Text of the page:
Lacee Rose Lonergan Shannon and Justin Lonergan are proud to announce the arrival of their daughter Lacee Rose Lonergan. Lacee was born on Friday, Feb. 1, 2013 at 4:14 p.m. at Midstate Medical Center. Lacee weighed 7 pounds 4 ounces, and was 19.5 inches in length. Lacee joins her sister, Chloe Lonergan, 2 years old. Lacee’s maternal grandparents are Cynthia Gash, of New Milford, and Stephen Tucker, of Ancram, NY. Her great-grandmother is Gertrude Gornie, of Davenport, Fla. Lacee’s parental grandparents are William and Cheryl Lonergan, of Durham. Her great-grandmother is Mary LaRose, of Port St. Lucie, Fla.
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Continued from page 7 awarded in spring 2014. The Foundation plans to make one or two larger grants, up to a total of $25,000, every other year. The foundation has given smaller grants to organizations and towns throughout the county since 1972, providing critical seed money and support for innovative grassroots environmental education, conservation and planning initiatives. These grants have ranged from $500 to $5,000 and been a w a r d e d to 10 - 12 groups per year, totaling up to $20,000 annually. For these new grants, awards will be given exclusively to innovative approaches to environmental education in Middlesex County. Education will range from pre-school to coll e g e level and be broadly defined, i.e., not limited to school curricula.
The Durham Activity Center celebrated February birthdays recently. Pictured from left: Evelyn Dean, Mary Rubendunst and Joe Hall. Not pictured: Barbara Quinley, Lainy Melvin and Paula Hulings.
Steven Gary Geromin
On Jan. 8, 1998, God blessed us with an angel, Steven Gary Geromin, and allowed him to be with us for 15 years, 1 Geromin month and 1 day. He was born on Elvis Presley’s and his brother Paul “PJ” Suchoski’s birthday to Nancy Joy Geromin and Raymond C. Lapollo. Steven was a student of Regional District 17 from pre-K on. He attended Burr School from age 3 to 6 and ACES Village School in North Haven from age 6 to 14 ½. For a brief time he also attended Whitney Hamden High School East. Steven loved school
and everything that went with it including Boy Scouts, friends, girls, concerts, field trips, dances, bus rides, peprallies, musicals etc. He graduated from ACES Village School in June 2012 and also received his Arrow of Light from Boy Scout Pack 813. He was a confirmed member of Grace Evangelical Lutheran Church in Middletown, where he also attended Sunday School. He also enjoyed community service and would help people whenever he could. He was a 2007 Make-a-Wish child for NRF of CT visiting Graceland. Steven is wellknown for his Kites for Kidneys event in Haddam Meadows each spring for the NRF of CT. He helped to open two handicapped playgrounds, one in Haddam and one in Waterford at Camp Hark-
ness. Steven loved NASCAR races and his favorite driver was #24, Jeff Gordan. He enjoyed watching girls Huskies and HK TV events. He was an enthusiastic fan of HKHS Cougar football where he loved watching his brother Paul (#67) play most of all. Steven adored his animals, especially his cats, Sid and Fluffy. Besides his parents, Steven is survived by his brother Paul J. Suchoski; auntie Veronica Kleinschmidt; uncle Hugh Geromin, cousin, Gary and several cousins and loving friends who are just like family, and his best friend Adam Wozniak. He was predeceased by his aunt Donna, his maternal grandparents, Jennie and Hugo Geromin and his paternal grandfather,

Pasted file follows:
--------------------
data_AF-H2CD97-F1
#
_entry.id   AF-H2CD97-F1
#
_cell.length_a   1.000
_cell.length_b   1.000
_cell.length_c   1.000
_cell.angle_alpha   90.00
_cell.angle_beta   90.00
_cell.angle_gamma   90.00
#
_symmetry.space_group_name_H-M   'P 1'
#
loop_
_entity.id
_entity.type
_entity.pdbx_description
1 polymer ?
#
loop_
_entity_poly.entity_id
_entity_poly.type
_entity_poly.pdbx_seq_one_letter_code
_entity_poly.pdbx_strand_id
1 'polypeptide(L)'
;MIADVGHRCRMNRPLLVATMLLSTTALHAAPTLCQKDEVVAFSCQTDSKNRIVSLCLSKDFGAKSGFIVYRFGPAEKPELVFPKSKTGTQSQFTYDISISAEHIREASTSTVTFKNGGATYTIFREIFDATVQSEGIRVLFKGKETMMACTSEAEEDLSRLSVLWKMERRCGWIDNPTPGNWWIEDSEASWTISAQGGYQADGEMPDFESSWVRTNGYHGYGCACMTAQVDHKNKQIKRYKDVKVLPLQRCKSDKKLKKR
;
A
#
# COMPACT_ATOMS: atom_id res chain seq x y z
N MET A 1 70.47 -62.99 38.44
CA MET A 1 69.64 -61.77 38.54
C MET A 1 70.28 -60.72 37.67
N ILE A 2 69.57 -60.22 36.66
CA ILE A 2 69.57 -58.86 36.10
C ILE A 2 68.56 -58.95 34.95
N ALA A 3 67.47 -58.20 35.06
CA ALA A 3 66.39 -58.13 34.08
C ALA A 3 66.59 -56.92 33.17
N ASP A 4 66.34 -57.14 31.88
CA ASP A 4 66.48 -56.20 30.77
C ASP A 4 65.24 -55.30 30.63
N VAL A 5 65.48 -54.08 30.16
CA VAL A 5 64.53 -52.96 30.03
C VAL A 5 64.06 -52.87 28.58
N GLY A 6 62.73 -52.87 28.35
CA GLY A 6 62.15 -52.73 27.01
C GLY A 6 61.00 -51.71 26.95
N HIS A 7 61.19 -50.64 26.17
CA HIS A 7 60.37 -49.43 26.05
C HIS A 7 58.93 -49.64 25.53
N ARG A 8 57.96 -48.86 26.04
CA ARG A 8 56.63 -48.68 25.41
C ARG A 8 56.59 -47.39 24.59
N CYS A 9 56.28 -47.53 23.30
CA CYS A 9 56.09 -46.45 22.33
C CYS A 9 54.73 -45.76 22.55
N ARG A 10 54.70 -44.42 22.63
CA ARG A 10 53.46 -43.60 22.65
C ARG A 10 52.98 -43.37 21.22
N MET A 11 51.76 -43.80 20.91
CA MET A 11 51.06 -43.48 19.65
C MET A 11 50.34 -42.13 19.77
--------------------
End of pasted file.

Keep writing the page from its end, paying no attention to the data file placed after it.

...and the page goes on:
Town Times Friday, February 22, 2013
Carlo Lapollo. Steven’s family would like to thank the Grasso’s at Higganum Physical Therapy who always made visits special for Steven. They would also like to thank all his special caregivers and teachers at ACES Schools and BESB who helped to open up Steven’s world. They are especially grateful to Pastor Mark Clow for his help with Steven’s Christian Education and Home visits. A special thank you is extended to the exceptional caregivers DebDeb, Ragina, Karen, Lynn and Arleen and also to Valentine the Clown. A celebration of Steven’s life was held Feb. 14, 2013 at Biega Funeral. Burial will be held in the spring at Pine Grove Cemetery. Those who wish may make donations to the following in
Town Times Service Directory
Steven’s name: CT Children’s Medical Center Foundation, Haddam Public Nurses Association, Haddam Lions Club, Grace Evangelical Lutheran Church Handicapped Ramp Fund, Grace Evangelical Lutheran Church Hugo Geromin, Sr. preschool scholarship fund, HK Youth and Family Services, National Kidney Foundation serving CT, the CT Make a Wish Foundation at CT.WISH.org, Epilepsy foundation of CT, Brain Injury Association of CT at BIAC.org. Let us all continue what Steven has started by treating each other with love and respect, enjoying each moment to its fullest and having as much fun as possible.
More obituaries on page 19
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Friday, February 22, 2013 — Town Times
John T Kleczkowski
Submitted by Carolyn Rinaldi